Editor’s Note: Early this month, I considered commemorating the recent release of Zipper Down, the latest album by the Eagles of Death Metal, by posting this review and interview I wrote in 2006, soon after the release of their second album–and, for my money, still their best–Death by Sexy. Other posts took priority, however, and I never got around to doing it.
Then, last Friday, I was reminded of the EODM again in the most forceful and terrible way possible: when their concert at Le Bataclan became the largest of four targets in a coordinated terrorist attack on Paris, leaving 89 dead, including the band’s merchandise manager Nick Alexander. As I imagine was the case for most people familiar with the group’s music, it was a strange experience for me to see their name show up in such a horrifying context. No pop group “makes sense” as a victim of terror, of course, but EODM makes even less sense than most; in the best possible sense of the word, their music is deliberately brainless, good-time rock and roll, delivered with tongues firmly in cheek. The fact that their Paris show became a site for such ugly violence–that almost a hundred people who just wanted to go out and have a good time unwittingly became martyrs to extremism–isn’t the only tragedy associated with last week’s attacks, nor is it the most important. But as a music fan, it’s probably the one that hit closest to home for me.
I’m sharing these combined pieces about the Eagles of Death Metal now, not to try and exploit this terrible tragedy–anyone who’s seen my web traffic reports would know that I’m literally incapable of exploiting anything–but as my way of commemorating it; really, the only way that feels appropriate for me to do so in the context of this blog. I think it’s worth remembering just how silly and fun the EODM can be, and, by extension, just how senseless an attack on them and their fans really was. The band is now safe, but quite understandably shaken; yesterday they released a statement that their shows are “on hold until further notice,” and, as Ben Rayner of the Toronto Star pointed out, the future of the band itself may be in question. Personally, I think it’s a little premature to make that call. The attacks were less than a week ago, and the whole Western world is still reeling from them. The idea of a band like the Eagles of Death Metal just carrying on in the face of such trauma might seem unimaginable now, but it won’t forever; if there could be poetry after Auschwitz, then there can be good-time rock’n’roll after Paris. So, while the review and interview after the jump might seem wildly incongruous with today’s more somber mood–maybe even inappropriately so–I think the wit and good humor expressed by the band, whether a decade or a week ago, is a sign of just how valuable they continue to be. To paraphrase Charlie Hebdo, “They have guns. Fuck them, we have the Eagles of Death Metal.” – Z.H.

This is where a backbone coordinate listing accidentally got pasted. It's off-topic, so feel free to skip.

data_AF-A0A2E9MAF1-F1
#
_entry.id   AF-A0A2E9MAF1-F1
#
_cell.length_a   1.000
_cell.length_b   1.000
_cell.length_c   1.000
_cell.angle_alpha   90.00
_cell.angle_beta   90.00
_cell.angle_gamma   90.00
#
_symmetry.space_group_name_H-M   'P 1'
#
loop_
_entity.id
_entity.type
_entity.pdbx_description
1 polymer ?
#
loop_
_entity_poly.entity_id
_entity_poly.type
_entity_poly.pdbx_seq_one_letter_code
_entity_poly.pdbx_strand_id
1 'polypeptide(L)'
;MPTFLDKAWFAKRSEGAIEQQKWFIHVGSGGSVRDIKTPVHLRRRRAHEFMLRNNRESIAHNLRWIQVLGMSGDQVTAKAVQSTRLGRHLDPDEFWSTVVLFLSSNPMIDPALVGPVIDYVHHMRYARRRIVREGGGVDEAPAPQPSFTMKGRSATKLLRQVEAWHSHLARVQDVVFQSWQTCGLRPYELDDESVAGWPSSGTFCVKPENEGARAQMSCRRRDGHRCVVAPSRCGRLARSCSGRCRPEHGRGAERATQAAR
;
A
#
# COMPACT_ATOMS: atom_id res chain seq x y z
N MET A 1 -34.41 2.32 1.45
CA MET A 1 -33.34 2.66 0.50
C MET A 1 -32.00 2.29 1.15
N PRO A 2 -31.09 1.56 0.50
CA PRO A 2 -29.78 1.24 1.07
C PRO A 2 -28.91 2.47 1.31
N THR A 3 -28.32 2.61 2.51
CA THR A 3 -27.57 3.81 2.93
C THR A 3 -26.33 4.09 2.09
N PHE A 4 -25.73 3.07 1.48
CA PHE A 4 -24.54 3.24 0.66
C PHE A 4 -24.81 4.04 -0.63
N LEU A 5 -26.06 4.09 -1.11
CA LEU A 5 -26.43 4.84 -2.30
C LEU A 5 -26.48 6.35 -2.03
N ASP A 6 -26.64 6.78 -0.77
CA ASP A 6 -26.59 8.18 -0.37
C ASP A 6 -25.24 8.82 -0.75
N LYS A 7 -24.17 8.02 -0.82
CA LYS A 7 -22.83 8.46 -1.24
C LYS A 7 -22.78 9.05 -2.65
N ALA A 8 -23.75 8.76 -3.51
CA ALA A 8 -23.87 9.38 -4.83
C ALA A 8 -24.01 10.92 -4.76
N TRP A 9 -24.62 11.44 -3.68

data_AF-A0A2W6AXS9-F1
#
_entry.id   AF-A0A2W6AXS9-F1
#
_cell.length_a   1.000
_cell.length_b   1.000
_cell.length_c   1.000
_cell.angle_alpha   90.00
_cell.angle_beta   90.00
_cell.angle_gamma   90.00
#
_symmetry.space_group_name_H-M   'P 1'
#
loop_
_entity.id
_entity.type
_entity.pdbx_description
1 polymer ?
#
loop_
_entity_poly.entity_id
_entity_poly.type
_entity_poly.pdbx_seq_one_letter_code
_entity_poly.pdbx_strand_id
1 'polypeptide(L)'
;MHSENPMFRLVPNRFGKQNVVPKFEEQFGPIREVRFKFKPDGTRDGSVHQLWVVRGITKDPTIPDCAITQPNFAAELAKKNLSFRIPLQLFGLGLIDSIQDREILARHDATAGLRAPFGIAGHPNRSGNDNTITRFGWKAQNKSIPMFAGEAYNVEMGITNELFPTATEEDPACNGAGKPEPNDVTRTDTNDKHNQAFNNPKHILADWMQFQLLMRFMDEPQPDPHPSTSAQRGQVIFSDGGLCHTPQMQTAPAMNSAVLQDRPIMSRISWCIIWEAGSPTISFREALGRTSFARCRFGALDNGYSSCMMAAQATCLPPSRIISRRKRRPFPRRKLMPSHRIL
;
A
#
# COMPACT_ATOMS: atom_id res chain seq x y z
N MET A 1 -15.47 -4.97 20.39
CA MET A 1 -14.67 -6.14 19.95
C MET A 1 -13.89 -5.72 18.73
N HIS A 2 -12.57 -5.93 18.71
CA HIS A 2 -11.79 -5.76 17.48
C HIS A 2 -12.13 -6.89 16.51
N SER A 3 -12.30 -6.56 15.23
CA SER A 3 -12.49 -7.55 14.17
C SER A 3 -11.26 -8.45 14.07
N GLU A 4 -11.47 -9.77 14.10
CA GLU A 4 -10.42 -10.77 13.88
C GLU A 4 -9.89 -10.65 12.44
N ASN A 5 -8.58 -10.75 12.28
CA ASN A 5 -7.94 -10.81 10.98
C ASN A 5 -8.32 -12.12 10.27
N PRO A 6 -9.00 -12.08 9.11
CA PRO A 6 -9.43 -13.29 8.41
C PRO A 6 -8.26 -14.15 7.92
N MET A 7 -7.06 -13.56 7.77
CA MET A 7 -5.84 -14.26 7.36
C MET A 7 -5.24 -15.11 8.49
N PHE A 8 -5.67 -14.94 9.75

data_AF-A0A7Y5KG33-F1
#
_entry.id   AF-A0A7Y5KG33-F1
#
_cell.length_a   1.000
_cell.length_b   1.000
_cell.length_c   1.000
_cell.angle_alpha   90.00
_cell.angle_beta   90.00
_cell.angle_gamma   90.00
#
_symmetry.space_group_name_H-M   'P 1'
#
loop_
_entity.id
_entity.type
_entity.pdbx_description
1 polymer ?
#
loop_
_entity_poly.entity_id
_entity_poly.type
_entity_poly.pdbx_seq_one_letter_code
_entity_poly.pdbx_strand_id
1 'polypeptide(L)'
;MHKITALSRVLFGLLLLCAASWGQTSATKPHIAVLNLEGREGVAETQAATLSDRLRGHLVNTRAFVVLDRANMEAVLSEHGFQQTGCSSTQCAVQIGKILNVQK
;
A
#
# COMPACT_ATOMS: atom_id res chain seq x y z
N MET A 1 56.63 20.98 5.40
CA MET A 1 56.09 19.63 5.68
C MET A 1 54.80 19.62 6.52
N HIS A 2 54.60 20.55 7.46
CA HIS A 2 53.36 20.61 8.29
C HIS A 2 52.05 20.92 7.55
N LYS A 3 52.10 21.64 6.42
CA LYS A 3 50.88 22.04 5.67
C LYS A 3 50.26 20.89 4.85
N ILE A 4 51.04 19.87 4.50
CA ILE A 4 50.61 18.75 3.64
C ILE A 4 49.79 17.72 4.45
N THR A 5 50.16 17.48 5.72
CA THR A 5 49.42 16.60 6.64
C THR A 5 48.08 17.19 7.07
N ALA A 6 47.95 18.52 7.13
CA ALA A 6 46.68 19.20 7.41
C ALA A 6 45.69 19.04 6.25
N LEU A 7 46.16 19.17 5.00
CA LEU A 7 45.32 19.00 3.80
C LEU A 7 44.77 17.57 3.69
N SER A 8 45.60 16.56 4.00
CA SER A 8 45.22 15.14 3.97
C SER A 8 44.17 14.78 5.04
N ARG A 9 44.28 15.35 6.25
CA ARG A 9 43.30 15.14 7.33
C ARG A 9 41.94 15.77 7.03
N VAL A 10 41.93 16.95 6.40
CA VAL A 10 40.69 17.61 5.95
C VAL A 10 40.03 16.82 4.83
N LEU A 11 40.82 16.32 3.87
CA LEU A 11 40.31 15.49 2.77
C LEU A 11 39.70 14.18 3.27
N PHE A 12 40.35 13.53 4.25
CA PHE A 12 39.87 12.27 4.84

Of all the overused, overemphasized, overrated terms in modern indie music, “honesty” must be close to the top. An unfortunate outgrowth of the 1980s’ integrity-obsessed first wave of alternative rock (in the same way that gonorrhea can be an unfortunate outgrowth of sexual intercourse), “honesty” has served as many a wannabe critic’s highest standard of quality, its absence the cruelest and most demeaning of epithets. Take a perfectly good, kick-ass rock’n’roll band, who maybe just happen to like a little semi-ironic Spandex in their stage gear, and stack them against some mopey, half-competent, teeth-gnashingly earnest troubadour with a tousled coif–guess whose schtick is more “honest?” If you belong to the cult of authenticity, your answer is obvious: whichever one Pitchfork hated less. And that’s a damn shame, because if the New York Dolls (“indie rockers” long before such a term existed) taught us anything, it’s that good music can be taken seriously no matter how deep it plants its tongue in the cheek.